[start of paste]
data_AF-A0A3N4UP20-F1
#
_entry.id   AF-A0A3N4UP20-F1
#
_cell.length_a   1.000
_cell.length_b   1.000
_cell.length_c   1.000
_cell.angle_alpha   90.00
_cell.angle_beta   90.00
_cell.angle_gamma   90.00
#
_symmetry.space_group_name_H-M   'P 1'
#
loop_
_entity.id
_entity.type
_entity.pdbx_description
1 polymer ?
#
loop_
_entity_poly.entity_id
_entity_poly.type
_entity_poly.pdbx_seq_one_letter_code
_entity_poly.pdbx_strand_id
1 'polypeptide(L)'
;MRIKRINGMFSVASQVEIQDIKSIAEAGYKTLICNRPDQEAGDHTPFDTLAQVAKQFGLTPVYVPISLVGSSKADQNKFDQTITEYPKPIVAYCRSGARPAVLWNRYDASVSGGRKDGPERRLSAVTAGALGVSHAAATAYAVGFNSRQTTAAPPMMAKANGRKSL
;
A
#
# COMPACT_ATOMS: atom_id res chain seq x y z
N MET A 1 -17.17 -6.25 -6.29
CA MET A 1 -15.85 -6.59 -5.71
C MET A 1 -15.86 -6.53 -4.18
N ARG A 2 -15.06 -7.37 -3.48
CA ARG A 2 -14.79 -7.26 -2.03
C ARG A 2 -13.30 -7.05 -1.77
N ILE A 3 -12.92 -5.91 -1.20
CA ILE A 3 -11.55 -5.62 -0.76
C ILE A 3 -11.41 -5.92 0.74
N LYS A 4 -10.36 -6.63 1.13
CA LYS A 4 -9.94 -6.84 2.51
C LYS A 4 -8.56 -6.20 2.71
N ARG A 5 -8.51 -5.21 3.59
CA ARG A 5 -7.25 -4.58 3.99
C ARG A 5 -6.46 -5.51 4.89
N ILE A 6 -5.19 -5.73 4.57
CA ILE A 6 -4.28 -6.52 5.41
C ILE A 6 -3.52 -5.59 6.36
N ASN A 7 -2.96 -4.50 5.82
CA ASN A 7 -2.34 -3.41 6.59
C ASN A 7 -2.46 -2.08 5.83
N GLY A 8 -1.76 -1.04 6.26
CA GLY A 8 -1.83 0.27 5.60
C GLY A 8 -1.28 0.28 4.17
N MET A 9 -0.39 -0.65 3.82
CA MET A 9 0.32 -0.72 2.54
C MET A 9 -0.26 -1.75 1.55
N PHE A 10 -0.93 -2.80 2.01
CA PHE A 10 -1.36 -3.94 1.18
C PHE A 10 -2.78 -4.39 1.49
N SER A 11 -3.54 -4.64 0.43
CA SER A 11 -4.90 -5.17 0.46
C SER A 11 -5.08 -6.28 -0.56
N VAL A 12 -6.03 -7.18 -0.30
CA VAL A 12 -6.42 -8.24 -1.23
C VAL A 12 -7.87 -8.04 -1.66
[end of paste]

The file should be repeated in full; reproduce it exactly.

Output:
data_AF-A0A3N4UP20-F1
#
_entry.id   AF-A0A3N4UP20-F1
#
_cell.length_a   1.000
_cell.length_b   1.000
_cell.length_c   1.000
_cell.angle_alpha   90.00
_cell.angle_beta   90.00
_cell.angle_gamma   90.00
#
_symmetry.space_group_name_H-M   'P 1'
#
loop_
_entity.id
_entity.type
_entity.pdbx_description
1 polymer ?
#
loop_
_entity_poly.entity_id
_entity_poly.type
_entity_poly.pdbx_seq_one_letter_code
_entity_poly.pdbx_strand_id
1 'polypeptide(L)'
;MRIKRINGMFSVASQVEIQDIKSIAEAGYKTLICNRPDQEAGDHTPFDTLAQVAKQFGLTPVYVPISLVGSSKADQNKFDQTITEYPKPIVAYCRSGARPAVLWNRYDASVSGGRKDGPERRLSAVTAGALGVSHAAATAYAVGFNSRQTTAAPPMMAKANGRKSL
;
A
#
# COMPACT_ATOMS: atom_id res chain seq x y z
N MET A 1 -17.17 -6.25 -6.29
CA MET A 1 -15.85 -6.59 -5.71
C MET A 1 -15.86 -6.53 -4.18
N ARG A 2 -15.06 -7.37 -3.48
CA ARG A 2 -14.79 -7.26 -2.03
C ARG A 2 -13.30 -7.05 -1.77
N ILE A 3 -12.92 -5.91 -1.20
CA ILE A 3 -11.55 -5.62 -0.76
C ILE A 3 -11.41 -5.92 0.74
N LYS A 4 -10.36 -6.63 1.13
CA LYS A 4 -9.94 -6.84 2.51
C LYS A 4 -8.56 -6.20 2.71
N ARG A 5 -8.51 -5.21 3.59
CA ARG A 5 -7.25 -4.58 3.99
C ARG A 5 -6.46 -5.51 4.89
N ILE A 6 -5.19 -5.73 4.57
CA ILE A 6 -4.28 -6.52 5.41
C ILE A 6 -3.52 -5.59 6.36
N ASN A 7 -2.96 -4.50 5.82
CA ASN A 7 -2.34 -3.41 6.59
C ASN A 7 -2.46 -2.08 5.83
N GLY A 8 -1.76 -1.04 6.26
CA GLY A 8 -1.83 0.27 5.60
C GLY A 8 -1.28 0.28 4.17
N MET A 9 -0.39 -0.65 3.82
CA MET A 9 0.32 -0.72 2.54
C MET A 9 -0.26 -1.75 1.55
N PHE A 10 -0.93 -2.80 2.01
CA PHE A 10 -1.36 -3.94 1.18
C PHE A 10 -2.78 -4.39 1.49
N SER A 11 -3.54 -4.64 0.43
CA SER A 11 -4.90 -5.17 0.46
C SER A 11 -5.08 -6.28 -0.56
N VAL A 12 -6.03 -7.18 -0.30
CA VAL A 12 -6.42 -8.24 -1.23
C VAL A 12 -7.87 -8.04 -1.66